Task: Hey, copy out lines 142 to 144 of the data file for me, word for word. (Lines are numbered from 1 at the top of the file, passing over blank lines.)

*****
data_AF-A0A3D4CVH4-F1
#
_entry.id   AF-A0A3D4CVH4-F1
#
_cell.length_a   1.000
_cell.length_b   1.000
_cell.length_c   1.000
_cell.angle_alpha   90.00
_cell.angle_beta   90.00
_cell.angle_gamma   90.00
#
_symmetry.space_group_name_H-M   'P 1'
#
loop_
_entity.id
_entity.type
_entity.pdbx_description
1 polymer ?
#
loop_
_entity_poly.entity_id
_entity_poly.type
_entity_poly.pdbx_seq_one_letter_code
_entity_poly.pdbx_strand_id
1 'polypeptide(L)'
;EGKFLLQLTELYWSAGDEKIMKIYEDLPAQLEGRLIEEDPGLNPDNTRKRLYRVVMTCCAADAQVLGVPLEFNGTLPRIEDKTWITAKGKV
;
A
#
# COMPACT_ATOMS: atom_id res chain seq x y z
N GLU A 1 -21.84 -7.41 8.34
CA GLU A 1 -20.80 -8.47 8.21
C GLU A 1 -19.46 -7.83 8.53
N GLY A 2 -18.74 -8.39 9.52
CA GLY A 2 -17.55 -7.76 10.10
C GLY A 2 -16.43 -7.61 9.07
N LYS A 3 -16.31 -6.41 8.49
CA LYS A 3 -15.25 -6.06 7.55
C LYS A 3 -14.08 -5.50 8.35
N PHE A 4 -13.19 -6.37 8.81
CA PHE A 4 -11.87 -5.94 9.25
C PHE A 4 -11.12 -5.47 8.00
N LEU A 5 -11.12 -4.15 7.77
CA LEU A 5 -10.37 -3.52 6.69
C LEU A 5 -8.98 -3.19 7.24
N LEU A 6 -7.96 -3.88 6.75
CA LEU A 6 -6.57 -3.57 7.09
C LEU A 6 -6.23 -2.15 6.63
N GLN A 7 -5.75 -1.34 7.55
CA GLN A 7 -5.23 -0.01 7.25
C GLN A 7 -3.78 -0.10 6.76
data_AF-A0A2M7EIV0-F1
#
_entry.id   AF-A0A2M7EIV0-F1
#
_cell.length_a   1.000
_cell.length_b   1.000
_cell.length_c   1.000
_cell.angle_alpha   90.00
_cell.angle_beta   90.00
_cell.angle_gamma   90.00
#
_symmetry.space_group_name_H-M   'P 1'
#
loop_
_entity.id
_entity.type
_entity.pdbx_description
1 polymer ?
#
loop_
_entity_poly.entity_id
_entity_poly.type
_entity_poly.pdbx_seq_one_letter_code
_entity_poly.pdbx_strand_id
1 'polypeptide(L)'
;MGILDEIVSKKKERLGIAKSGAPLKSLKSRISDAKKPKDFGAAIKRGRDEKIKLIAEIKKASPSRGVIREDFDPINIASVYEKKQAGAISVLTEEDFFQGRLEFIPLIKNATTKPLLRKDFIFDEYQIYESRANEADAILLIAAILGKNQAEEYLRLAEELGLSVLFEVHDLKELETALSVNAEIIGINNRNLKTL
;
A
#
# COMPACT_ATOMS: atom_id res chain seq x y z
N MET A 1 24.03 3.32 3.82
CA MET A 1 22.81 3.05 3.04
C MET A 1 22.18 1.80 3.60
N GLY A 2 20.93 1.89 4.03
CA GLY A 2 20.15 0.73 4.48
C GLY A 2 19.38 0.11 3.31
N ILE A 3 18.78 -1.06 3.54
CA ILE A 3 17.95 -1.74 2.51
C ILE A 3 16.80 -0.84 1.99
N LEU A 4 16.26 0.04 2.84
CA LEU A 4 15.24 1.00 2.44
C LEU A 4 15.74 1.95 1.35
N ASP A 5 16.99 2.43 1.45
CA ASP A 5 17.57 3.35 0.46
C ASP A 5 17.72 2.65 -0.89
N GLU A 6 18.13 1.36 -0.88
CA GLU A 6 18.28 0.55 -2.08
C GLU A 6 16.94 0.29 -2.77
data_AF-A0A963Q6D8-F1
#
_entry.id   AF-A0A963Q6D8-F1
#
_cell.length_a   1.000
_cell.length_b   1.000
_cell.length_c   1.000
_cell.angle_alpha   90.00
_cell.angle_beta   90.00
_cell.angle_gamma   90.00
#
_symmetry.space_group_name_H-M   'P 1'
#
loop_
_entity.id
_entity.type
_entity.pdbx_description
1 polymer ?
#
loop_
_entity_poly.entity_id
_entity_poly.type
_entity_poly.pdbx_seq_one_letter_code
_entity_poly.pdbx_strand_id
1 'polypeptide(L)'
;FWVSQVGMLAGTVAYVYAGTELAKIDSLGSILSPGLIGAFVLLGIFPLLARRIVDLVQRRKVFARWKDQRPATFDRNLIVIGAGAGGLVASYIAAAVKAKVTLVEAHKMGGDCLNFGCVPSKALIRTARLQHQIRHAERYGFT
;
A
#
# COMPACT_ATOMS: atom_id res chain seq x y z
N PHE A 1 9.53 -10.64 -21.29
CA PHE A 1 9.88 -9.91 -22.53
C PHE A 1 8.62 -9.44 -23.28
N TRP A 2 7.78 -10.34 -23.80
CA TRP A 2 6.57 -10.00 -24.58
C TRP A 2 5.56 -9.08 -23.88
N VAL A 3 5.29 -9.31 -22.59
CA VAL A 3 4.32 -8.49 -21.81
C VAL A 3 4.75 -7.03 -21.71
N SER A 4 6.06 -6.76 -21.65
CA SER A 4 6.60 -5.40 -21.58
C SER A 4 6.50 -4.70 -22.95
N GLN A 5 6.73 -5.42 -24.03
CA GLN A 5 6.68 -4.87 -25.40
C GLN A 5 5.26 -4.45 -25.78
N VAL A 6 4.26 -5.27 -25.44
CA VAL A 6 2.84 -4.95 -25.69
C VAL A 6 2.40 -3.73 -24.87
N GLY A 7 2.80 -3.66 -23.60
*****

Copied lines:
N GLN A 5 6.73 -5.42 -24.03
CA GLN A 5 6.68 -4.87 -25.40
C GLN A 5 5.26 -4.45 -25.78